In Godfall and Other Stories (Hydra House, Apr.), Odell assembles a kaleidoscope of voices. Each story brushes against multiple genres and is informed by the author’s life.
Who or what are some of your influences?
Harlan Ellison is perhaps the biggest influence, because when I first read him as a child he taught me that it was okay to be angry. Not hateful, not hurtful. It’s not “I’m angry so I’m going to go kick sand in your face.” No, it’s being able to express that anger in a constructive manner. Being able to educate and entertain with it. So he is vital to my growth as a writer. Ursula K. Le Guin was an incredible influence. Octavia Butler, an incredible influence. Robert Frost—I have a copy of “The Road Not Taken” hanging on my wall. I see the world very differently, not only because I have whatever issues I have, but because I’m a writer. And having chosen to say, “This is what I want to do, this is how I express myself, this is my joy and my passion”—it’s taken me down different roads. Some people ask, “Where you do you get your ideas?” All I want to do is look at them and say, “How can you not get ideas?”
How have the ideas of inclusion and diversity influenced your writing?
I hadn’t realized growing up just how casually racist and sexist my family was. When I was better able to step back, I started to educate myself, and that was really my introduction to a wider world. If I am going to be a part of that world and help celebrate that world, celebrate issues that I consider important to me, then I need to learn.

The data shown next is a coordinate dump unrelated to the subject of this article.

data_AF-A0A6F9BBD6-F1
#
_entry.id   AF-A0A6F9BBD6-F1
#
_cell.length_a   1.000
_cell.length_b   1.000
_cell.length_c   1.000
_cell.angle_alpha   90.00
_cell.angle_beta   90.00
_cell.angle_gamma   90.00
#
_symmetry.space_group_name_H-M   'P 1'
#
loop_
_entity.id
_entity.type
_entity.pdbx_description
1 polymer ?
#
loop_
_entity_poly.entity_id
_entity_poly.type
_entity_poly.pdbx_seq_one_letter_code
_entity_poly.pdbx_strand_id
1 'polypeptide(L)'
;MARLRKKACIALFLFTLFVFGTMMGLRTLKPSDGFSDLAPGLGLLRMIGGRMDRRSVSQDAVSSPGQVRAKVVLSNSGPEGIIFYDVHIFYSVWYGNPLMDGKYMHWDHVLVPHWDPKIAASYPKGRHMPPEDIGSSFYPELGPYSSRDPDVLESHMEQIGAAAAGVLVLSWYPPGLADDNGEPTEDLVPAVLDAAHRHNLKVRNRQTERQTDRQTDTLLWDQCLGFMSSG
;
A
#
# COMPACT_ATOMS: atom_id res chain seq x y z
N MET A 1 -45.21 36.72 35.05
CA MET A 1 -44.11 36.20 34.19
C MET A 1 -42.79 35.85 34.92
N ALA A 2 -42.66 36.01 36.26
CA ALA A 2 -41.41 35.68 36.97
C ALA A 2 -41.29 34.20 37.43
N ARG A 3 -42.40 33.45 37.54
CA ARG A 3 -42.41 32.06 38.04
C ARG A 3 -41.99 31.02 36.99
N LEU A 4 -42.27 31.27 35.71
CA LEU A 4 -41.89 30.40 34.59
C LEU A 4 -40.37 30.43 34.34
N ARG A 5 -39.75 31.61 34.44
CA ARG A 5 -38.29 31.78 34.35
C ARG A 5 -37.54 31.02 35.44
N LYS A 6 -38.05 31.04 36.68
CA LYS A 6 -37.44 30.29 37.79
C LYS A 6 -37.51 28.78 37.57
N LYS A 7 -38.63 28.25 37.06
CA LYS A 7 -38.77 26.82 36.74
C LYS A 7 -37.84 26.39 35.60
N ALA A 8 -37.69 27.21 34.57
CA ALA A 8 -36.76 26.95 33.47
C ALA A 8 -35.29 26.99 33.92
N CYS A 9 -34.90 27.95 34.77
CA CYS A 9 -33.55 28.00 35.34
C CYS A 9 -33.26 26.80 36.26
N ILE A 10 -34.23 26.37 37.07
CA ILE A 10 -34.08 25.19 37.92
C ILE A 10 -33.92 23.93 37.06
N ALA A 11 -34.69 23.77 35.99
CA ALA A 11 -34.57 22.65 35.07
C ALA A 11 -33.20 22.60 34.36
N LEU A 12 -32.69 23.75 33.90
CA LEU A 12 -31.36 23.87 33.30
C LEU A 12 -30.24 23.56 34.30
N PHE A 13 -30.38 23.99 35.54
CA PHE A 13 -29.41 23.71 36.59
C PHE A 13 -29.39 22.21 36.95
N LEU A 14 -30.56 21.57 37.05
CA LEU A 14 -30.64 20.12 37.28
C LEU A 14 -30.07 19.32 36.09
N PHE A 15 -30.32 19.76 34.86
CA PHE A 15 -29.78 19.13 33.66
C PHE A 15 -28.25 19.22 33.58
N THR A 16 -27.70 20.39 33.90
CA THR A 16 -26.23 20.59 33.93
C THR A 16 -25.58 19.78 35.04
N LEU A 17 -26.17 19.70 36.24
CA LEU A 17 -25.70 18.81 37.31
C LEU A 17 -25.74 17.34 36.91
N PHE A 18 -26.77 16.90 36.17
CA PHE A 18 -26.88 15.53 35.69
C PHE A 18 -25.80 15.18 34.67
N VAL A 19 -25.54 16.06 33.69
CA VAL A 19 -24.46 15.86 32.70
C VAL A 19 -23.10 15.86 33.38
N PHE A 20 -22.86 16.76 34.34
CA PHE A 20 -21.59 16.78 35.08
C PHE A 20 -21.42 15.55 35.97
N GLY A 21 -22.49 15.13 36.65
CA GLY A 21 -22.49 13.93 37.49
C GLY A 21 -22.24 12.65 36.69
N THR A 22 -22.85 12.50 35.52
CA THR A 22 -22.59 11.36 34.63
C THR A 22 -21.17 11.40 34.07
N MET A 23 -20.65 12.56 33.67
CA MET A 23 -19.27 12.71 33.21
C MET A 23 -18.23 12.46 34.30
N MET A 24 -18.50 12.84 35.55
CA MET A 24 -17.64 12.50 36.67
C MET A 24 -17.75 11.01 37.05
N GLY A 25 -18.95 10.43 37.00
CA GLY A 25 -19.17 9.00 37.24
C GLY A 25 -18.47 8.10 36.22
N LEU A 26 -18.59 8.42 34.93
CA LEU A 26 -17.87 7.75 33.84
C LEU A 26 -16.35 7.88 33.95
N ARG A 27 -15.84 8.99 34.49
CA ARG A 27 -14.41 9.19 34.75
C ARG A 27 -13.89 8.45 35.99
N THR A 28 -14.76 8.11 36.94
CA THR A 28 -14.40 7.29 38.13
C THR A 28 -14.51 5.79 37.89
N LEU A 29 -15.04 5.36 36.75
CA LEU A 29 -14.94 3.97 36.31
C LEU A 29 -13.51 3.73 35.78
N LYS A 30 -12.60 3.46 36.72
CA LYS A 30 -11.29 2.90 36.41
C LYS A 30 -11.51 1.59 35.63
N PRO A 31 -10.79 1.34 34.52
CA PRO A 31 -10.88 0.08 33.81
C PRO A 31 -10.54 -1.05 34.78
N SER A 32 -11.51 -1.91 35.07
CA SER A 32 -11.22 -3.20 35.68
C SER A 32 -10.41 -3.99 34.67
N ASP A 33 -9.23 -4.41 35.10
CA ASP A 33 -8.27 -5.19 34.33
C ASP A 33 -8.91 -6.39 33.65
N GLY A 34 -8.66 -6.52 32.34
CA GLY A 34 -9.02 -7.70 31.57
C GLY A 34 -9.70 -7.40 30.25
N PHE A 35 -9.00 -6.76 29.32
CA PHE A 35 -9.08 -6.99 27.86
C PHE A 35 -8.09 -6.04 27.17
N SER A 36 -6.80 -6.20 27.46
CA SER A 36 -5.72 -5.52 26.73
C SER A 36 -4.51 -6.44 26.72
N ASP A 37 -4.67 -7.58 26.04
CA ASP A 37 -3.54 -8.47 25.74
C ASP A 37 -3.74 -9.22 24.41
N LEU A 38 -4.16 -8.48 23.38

I don’t want to read stories about me. I don’t want to read the same stories written by the same people about the same issues in the same way. I want to celebrate your story. I want to celebrate my friends’ stories. There are too many wonderful facets to this world to just say, “No, I only want to write straight white cis female stories.” We also have to recognize our history and the damage that colonialism has done.
What would you like readers to take away from the anthology?
Ask the next question. Don’t stop wondering. Don’t stop asking. Always ask the next question. Theodore Sturgeon said that. I’ve got it tattooed on my arm. Ask the next question, and the one after that, and the one after that, until you understand. Too often people will only ask one question, or only ask questions until they get the answer they’re looking for. That may not be what’s really happening; that may not be the truth. Always ask the next question.